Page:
The One Thing That Will Kill Book Sales Dead—And 10 Ways to Avoid it…

by Anne R. Allen

I never have as much time to read as I think I will, and my trusty old Kindle is pretty loaded up. So I’m a picky book-buyer. Unfortunately, there are a lot of readers like me out here, and you don’t want to lose us.

I’m often intrigued by a book’s cover and blurb, and sometimes a glowing review on Facebook or a book blog will send me to a buy page.

But I never buy without checking out the “LOOK INSIDE!” On most retail sites, that’s 10% of the book—which anybody can read free.

That  “LOOK INSIDE” freebie is your most important book sales tool.

Make sure it’s going to snag readers, not kill book sales just as you’re about to close the deal.

With many books—not only self-published, but trad-pubbed as well—the first few pages will stop the sale for me.

I admit my objections are subjective. I’m a grammar freak, so a misplaced apostrophe or verb/object disagreement will stop me.  I know not everybody is such a stickler.  But I think all readers want to see that a book looks professional and polished. They don’t want to invest time in a book—even if it’s free—unless they feel they’re in competent hands.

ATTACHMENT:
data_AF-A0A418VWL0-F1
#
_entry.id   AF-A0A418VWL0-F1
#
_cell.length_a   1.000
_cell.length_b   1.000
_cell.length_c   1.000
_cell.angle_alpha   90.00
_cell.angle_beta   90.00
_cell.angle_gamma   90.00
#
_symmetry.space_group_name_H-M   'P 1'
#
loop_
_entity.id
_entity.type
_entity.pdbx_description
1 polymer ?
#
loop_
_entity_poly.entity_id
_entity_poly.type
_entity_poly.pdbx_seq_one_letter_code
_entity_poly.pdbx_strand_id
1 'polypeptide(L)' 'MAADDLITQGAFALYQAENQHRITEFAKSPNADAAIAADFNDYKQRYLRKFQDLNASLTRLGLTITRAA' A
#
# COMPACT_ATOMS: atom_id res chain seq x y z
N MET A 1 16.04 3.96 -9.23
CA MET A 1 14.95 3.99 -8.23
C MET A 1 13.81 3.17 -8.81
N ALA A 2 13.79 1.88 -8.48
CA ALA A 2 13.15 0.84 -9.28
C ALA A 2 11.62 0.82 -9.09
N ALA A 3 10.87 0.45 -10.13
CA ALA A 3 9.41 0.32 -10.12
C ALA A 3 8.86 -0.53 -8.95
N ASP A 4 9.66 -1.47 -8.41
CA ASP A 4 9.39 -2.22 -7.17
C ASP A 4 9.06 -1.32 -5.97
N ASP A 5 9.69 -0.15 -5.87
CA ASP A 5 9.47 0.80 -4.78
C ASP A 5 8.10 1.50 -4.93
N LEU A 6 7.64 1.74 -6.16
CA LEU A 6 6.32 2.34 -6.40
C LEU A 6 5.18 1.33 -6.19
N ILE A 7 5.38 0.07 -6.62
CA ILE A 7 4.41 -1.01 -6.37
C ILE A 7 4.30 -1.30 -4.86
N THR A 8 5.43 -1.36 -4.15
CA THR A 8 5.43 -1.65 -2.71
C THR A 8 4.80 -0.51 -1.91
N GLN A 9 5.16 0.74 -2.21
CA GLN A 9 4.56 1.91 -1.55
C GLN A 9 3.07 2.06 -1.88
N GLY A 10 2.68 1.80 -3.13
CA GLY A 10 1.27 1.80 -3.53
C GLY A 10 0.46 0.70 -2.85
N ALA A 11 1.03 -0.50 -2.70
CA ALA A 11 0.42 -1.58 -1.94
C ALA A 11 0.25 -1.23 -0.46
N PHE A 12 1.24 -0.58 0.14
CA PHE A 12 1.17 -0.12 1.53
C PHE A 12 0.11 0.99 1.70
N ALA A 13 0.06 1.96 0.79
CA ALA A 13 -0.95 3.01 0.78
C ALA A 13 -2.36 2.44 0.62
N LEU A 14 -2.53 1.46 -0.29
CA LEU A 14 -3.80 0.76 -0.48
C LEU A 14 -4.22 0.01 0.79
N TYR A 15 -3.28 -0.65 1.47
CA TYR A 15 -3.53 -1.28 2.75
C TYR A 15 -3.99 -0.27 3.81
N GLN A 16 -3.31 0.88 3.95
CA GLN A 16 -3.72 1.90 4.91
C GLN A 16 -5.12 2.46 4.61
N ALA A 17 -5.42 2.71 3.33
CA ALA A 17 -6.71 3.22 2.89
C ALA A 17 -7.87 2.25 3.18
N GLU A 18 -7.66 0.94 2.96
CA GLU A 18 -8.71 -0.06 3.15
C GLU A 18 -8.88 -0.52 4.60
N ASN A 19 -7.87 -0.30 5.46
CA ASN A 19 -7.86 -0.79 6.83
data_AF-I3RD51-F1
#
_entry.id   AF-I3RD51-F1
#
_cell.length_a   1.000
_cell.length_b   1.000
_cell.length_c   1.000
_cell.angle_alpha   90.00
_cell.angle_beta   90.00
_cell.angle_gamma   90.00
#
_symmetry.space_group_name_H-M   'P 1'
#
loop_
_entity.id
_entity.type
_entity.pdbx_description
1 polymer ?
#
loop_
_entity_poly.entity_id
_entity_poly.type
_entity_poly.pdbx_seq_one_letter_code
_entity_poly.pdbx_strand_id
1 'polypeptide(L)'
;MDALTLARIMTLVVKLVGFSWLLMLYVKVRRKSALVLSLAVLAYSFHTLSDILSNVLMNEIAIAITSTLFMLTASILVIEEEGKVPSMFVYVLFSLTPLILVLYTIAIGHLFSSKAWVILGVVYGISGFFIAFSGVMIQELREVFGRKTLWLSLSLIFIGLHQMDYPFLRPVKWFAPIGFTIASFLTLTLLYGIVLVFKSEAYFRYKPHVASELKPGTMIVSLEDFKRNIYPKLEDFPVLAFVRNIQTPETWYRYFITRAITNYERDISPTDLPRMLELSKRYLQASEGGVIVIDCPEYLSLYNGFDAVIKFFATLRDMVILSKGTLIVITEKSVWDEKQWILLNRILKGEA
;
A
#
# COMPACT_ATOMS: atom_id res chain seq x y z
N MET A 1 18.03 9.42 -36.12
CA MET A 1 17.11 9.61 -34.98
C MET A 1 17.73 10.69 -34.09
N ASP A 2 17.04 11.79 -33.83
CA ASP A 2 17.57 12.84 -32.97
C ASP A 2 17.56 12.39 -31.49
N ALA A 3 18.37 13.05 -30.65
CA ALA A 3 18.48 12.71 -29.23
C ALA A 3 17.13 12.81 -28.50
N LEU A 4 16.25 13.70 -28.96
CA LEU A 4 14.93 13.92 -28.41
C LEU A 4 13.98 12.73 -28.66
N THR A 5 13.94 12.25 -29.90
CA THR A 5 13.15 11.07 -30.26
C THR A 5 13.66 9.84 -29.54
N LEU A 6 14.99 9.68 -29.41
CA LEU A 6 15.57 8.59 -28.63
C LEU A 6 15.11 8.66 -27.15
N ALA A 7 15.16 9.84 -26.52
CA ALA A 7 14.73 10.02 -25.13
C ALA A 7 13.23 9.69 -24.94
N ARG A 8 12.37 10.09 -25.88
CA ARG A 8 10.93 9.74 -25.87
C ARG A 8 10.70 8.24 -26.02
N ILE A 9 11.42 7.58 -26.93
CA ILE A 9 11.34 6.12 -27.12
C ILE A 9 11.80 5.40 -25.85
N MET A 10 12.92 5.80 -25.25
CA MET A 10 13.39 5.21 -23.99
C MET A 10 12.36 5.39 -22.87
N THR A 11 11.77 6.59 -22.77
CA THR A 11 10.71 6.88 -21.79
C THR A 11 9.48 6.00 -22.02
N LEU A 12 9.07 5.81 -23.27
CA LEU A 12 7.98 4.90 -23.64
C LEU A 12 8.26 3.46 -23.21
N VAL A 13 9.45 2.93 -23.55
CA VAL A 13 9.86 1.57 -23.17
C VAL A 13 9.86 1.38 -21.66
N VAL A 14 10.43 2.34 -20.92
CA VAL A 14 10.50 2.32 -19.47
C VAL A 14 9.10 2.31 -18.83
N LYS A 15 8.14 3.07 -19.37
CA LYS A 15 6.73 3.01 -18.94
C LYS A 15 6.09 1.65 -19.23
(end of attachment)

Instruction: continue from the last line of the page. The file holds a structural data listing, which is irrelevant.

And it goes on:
And unless they’re deliberately choosing a classic from another era, they also want something that’s written for today’s reader, especially if it’s an e-book that’s going to be read on an e-reader, phone or tablet. I think old fashioned paper books may still be savored a bit more slowly.

Maybe it’s that percentage line at the bottom of the Kindle screen that keeps the ebook reader zooming along.

Here are some things to keep in mind to snag those LOOK INSIDE-ers:

How to Make Sure your Book Will Pass the “LOOK INSIDE!” Test

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6 thoughts on “The One Thing That Will Kill Book Sales Dead—And 10 Ways to Avoid it…

  1. I segued over to several different sites that Anne had hyperlinked and the wealth of knowledge there was staggering as well as the way Anne organized everything so that it naturally lead to the next important topic that was critical to novel development.
    I followed, I clicked, I read, until, I said, “I need to print this out and read, highlight, and study this like a course in writing and the dos and don’ts. I learned so much in the 30 minutes I frantically went from site to site. I know I must print all of it out, because the glaring light from my computer nearly blinds me. So, that is my job tomorrow morning and I will copy, annotate, collate, and put it all in a 3 ring binder and go to work reading thoroughly and highlighting things that need lots of extra study.
    Chris, thank you so much and I must go and thank Anne and all the writers that added to Anne’s post, that is actually a writing course. I have never taken a writing course, so I have my work cutout for me, but the things I will learn will dramatically improve my writing skills. This is a must read for beginning writers and those writers needing to brush up on their skills or see the new ideas floating across the cloud field of technology and writing. Thank you, Chris.

    Liked by 1 person

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